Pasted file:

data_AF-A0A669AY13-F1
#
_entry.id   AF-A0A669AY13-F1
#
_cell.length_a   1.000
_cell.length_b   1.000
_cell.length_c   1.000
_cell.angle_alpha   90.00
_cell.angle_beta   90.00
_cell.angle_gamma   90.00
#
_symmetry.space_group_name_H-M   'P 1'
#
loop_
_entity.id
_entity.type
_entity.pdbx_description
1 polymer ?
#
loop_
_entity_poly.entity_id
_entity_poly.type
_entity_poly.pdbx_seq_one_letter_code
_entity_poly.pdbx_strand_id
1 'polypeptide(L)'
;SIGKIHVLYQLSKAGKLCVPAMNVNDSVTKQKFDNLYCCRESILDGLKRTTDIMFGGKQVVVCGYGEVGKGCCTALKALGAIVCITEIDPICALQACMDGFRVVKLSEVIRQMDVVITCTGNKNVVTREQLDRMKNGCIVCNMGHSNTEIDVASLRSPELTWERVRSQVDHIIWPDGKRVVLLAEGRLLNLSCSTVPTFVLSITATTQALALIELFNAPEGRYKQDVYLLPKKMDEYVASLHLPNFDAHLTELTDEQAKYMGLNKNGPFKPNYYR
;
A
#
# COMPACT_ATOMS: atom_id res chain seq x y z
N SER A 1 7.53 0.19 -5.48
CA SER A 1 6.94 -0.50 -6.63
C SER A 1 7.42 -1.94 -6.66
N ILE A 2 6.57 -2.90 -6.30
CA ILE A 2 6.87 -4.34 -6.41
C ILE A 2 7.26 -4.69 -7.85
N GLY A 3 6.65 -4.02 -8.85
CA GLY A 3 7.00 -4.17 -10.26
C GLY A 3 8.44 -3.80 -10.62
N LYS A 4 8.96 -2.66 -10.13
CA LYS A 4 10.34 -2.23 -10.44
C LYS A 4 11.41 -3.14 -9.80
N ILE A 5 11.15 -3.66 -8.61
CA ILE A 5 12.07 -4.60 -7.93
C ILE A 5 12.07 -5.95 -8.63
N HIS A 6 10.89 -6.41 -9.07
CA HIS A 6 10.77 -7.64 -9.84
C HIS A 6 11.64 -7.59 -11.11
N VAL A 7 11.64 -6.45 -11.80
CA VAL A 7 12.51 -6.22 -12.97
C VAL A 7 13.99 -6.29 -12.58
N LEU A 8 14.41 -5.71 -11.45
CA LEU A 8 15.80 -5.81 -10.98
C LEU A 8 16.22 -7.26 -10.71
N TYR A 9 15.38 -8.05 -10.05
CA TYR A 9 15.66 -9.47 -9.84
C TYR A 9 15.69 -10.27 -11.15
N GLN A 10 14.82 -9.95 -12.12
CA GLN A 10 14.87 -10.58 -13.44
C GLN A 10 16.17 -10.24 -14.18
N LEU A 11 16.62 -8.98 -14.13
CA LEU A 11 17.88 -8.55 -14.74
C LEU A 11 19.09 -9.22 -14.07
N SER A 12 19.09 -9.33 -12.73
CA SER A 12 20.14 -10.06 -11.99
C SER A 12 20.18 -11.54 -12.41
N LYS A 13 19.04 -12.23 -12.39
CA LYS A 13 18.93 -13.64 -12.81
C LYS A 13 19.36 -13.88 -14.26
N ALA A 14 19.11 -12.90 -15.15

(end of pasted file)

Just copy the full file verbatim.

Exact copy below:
data_AF-A0A669AY13-F1
#
_entry.id   AF-A0A669AY13-F1
#
_cell.length_a   1.000
_cell.length_b   1.000
_cell.length_c   1.000
_cell.angle_alpha   90.00
_cell.angle_beta   90.00
_cell.angle_gamma   90.00
#
_symmetry.space_group_name_H-M   'P 1'
#
loop_
_entity.id
_entity.type
_entity.pdbx_description
1 polymer ?
#
loop_
_entity_poly.entity_id
_entity_poly.type
_entity_poly.pdbx_seq_one_letter_code
_entity_poly.pdbx_strand_id
1 'polypeptide(L)'
;SIGKIHVLYQLSKAGKLCVPAMNVNDSVTKQKFDNLYCCRESILDGLKRTTDIMFGGKQVVVCGYGEVGKGCCTALKALGAIVCITEIDPICALQACMDGFRVVKLSEVIRQMDVVITCTGNKNVVTREQLDRMKNGCIVCNMGHSNTEIDVASLRSPELTWERVRSQVDHIIWPDGKRVVLLAEGRLLNLSCSTVPTFVLSITATTQALALIELFNAPEGRYKQDVYLLPKKMDEYVASLHLPNFDAHLTELTDEQAKYMGLNKNGPFKPNYYR
;
A
#
# COMPACT_ATOMS: atom_id res chain seq x y z
N SER A 1 7.53 0.19 -5.48
CA SER A 1 6.94 -0.50 -6.63
C SER A 1 7.42 -1.94 -6.66
N ILE A 2 6.57 -2.90 -6.30
CA ILE A 2 6.87 -4.34 -6.41
C ILE A 2 7.26 -4.69 -7.85
N GLY A 3 6.65 -4.02 -8.85
CA GLY A 3 7.00 -4.17 -10.26
C GLY A 3 8.44 -3.80 -10.62
N LYS A 4 8.96 -2.66 -10.13
CA LYS A 4 10.34 -2.23 -10.44
C LYS A 4 11.41 -3.14 -9.80
N ILE A 5 11.15 -3.66 -8.61
CA ILE A 5 12.07 -4.60 -7.93
C ILE A 5 12.07 -5.95 -8.63
N HIS A 6 10.89 -6.41 -9.07
CA HIS A 6 10.77 -7.64 -9.84
C HIS A 6 11.64 -7.59 -11.11
N VAL A 7 11.64 -6.45 -11.80
CA VAL A 7 12.51 -6.22 -12.97
C VAL A 7 13.99 -6.29 -12.58
N LEU A 8 14.41 -5.71 -11.45
CA LEU A 8 15.80 -5.81 -10.98
C LEU A 8 16.22 -7.26 -10.71
N TYR A 9 15.38 -8.05 -10.05
CA TYR A 9 15.66 -9.47 -9.84
C TYR A 9 15.69 -10.27 -11.15
N GLN A 10 14.82 -9.95 -12.12
CA GLN A 10 14.87 -10.58 -13.44
C GLN A 10 16.17 -10.24 -14.18
N LEU A 11 16.62 -8.98 -14.13
CA LEU A 11 17.88 -8.55 -14.74
C LEU A 11 19.09 -9.22 -14.07
N SER A 12 19.09 -9.33 -12.73
CA SER A 12 20.14 -10.06 -11.99
C SER A 12 20.18 -11.54 -12.41
N LYS A 13 19.04 -12.23 -12.39
CA LYS A 13 18.93 -13.64 -12.81
C LYS A 13 19.36 -13.88 -14.26
N ALA A 14 19.11 -12.90 -15.15